Melissa Gee Kee

Strategy Director to the CHRO, UNILEVER

Benefits and results of new interviewing tools:

  1. Better assessment of soft skills;
  2. More talent pool diversity;
  3. Positive candidate experience;
  4. Better ability to see character;
  5. Candidates can try out job for fit – 59%;
  6. Less bias than traditional formats – 47%;
  7. Video has cut the number of in-person interviews from thousands to hundreds, freeing up significant recruiter time;
  8. The hiring process changed from experience based to potential based;
  9. More realistic snapshot of candidate’s personality – 69%;
  10. Candidates can’t lie about skills – 26%.

3. DATA

Most recruiters and hiring managers use data in their work now and even more are likely to use it in the next two years.

Data can be used to predict hiring outcomes, not just track them. Data can power machines to make smarter recruiting decisions for recruiting experts.

How companies use data in talent acquisition:

  • 56% to increase retention;
  • 50% to evaluate skills gaps;
  • 50% to build better offers;
  • 46% to understand candidate wants;
  • 41% to do workforce planning;
  • 39% to predict candidate success;
  • 38% to assess talent supply and demand;
  • 31% to compare talent metrics to competitors’;
  • 29% to forecast hiring demands.

Data-based recruiting challenges

What prevents hiring managers to use data?

  • 42% say the quality of collected data is poor
  • 20% are not sure where to get it
  • 18% say data is too expensive
  • 14% are not sure how to use it.

Companies using data-based recruitment:

  • Nielsen used data to find out what was the reason for losing talent and how to prevent it: thanks to collected and analysed data, they found that employees with a change in job responsibilities due to promotion or lateral movement within the past two years were much less likely to leave;
  • Novartis leveraged data from LinkedIn to decide where to open its new office;
  • With the help of its customer feedback data, JetBlue tweaked its target profile;
  • Atlassian used internal data and LinkedIn’s talent pool reports to pinpoint key European markets where the supply of tech talent exceeded the demand.

“Data is the one language that everybody speaks across the company. I gain trust from people across functions by bringing something that can be verified, something that can be checked.”

Bret Larson

Director, Talent Management & Analytics, EMERSON

Benefits and results of data-based recruiting:

  • Increased employee retention thanks to more opportunities being offered to them;
  • Faster decision making;
  • Access to passive talent;
  • Stronger employee engagement;
  • Higher customer satisfaction;
  • More international hires;
  • Stronger employer brand;
  • More credibility for talent acquisition professionals.

studiu-LinkedIn-3 LinkedIn Global Recruiting Trends 2018

4. ARTIFICIAL INTELLIGENCE

This next-generation technology helps recruiters work faster by automating administrative tasks, and smarter by generating insights they wouldn’t think of alone.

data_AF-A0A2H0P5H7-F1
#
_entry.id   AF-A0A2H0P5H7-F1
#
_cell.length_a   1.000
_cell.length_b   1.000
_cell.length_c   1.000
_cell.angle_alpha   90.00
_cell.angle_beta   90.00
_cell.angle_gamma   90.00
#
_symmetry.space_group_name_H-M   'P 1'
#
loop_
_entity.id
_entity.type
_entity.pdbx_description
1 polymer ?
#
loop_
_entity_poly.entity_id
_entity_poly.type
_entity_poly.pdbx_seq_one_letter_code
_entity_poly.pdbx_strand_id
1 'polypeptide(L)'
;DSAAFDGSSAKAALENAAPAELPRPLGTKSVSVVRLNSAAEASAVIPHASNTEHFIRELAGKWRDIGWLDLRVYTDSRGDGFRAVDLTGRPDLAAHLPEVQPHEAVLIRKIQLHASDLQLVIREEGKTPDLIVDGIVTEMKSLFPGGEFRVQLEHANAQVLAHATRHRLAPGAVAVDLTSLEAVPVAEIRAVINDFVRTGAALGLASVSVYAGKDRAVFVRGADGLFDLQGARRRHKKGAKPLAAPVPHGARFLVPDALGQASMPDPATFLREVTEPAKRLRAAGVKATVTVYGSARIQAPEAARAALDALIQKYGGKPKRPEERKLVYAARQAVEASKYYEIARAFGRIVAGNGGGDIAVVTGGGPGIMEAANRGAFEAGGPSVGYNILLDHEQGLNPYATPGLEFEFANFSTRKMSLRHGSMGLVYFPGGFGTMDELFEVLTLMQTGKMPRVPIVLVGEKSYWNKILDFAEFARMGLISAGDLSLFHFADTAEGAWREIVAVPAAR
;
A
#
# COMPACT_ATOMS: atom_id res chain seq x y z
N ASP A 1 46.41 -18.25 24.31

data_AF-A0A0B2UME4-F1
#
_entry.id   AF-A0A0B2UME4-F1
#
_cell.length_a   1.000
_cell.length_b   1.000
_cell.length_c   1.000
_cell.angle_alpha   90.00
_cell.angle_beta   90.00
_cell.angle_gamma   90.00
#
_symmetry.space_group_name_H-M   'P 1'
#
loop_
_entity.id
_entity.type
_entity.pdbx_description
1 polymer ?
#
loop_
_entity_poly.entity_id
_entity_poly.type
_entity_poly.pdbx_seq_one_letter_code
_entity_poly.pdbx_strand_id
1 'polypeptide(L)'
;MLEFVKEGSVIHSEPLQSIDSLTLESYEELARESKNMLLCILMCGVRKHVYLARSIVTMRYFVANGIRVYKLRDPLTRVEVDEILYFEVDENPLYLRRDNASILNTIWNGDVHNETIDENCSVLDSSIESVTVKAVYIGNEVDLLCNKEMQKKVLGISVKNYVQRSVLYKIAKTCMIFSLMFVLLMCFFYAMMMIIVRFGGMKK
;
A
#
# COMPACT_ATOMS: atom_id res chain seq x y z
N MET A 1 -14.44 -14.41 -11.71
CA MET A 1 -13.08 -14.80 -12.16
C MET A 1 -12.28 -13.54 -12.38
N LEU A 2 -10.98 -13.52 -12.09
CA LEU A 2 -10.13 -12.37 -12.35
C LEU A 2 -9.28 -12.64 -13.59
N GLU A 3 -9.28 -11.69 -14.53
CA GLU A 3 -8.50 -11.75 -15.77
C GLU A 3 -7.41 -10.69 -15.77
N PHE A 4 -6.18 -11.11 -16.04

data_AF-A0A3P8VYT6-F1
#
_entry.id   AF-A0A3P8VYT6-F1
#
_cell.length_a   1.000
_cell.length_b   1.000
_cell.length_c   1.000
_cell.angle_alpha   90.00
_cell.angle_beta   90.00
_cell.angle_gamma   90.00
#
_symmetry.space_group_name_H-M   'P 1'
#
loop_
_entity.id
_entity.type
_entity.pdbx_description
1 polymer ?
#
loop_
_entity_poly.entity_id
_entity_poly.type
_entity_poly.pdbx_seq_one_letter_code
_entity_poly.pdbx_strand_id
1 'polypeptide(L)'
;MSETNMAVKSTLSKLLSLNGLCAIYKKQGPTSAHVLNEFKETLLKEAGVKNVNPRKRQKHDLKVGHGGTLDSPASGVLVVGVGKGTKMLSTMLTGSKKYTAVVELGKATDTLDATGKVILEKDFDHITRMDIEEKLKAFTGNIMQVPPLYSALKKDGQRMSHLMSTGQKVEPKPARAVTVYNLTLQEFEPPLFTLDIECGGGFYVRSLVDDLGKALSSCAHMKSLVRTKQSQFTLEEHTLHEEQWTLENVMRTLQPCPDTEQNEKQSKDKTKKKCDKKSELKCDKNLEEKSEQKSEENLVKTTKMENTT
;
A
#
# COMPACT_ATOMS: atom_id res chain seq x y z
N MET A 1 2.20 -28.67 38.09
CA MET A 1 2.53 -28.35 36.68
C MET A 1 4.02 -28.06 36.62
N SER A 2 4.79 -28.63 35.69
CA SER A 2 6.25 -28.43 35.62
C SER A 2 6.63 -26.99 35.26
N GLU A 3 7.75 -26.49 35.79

Challenges of AI recruiting

Many recruiting professionals fear AI is going to take their jobs. But this assumption is not accurate. 

AI doesn’t replace hiring professionals, it empowers them.

AI augments their jobs by analysing more information faster and smarter than they could ever do alone. It automates low-level tasks so they can focus more time on recruiting strategy and candidate relationships. LinkedIn’s research showed AI was least likely to replace the parts of the job that require personal and emotional engagement.

“Companies still need people — people to persuade and negotiate, to understand candidate needs, and to build communities and cultures. Paradoxically the more you use the technology, the more you can invest in the human side of the job.”

LinkedIn

Artificial Intelligence supports companies as follows:

  • 58% to source candidates;
  • 56% to screen candidates;
  • 55% to nurture candidates;
  • 42% to schedule candidates;
  • 24% to engage candidates;
  • 6% to interview candidates.

studiu-linkedin-4 LinkedIn Global Recruiting Trends 2018

Companies using Artificial Intelligence in their recruiting process:

  1. Intuit developed an algorithm-driven digital platform that scores and prioritizes candidates based on the profiles of its top performers;
  2. Vodafone used AI-powered software to screen its videos: based on role requirements, other candidates, and top performers at Vodafone, the machines assess candidate suitability;
  3. Deutsche Telekom AG used a chatbot to answer questions that potential applicants have about posted job offers: filtering out candidates who were not relevant (based on chosen criteria) and telling those poor-fit candidates that their chances of getting hired were low so applying wouldn’t be recommended.

“Recruiting can and should include tech—without making myself redundant. It lets me go back to being human as an HR person again.”

Anna Ott,

HR Expert, HUB:RAUM

Benefits and results of AI-based recruiting:

  • 67% saves time;
  • Bigger talent pool;
  • 31% delivers best candidate matches;
  • Better ability to assess soft skills;
  • 43% removes human bias;
  • Better candidate experience
  • 30% saves money;
  • Higher recruiter efficiency.

How Can Location Data Help You Grow Your Business

location-help-grow-business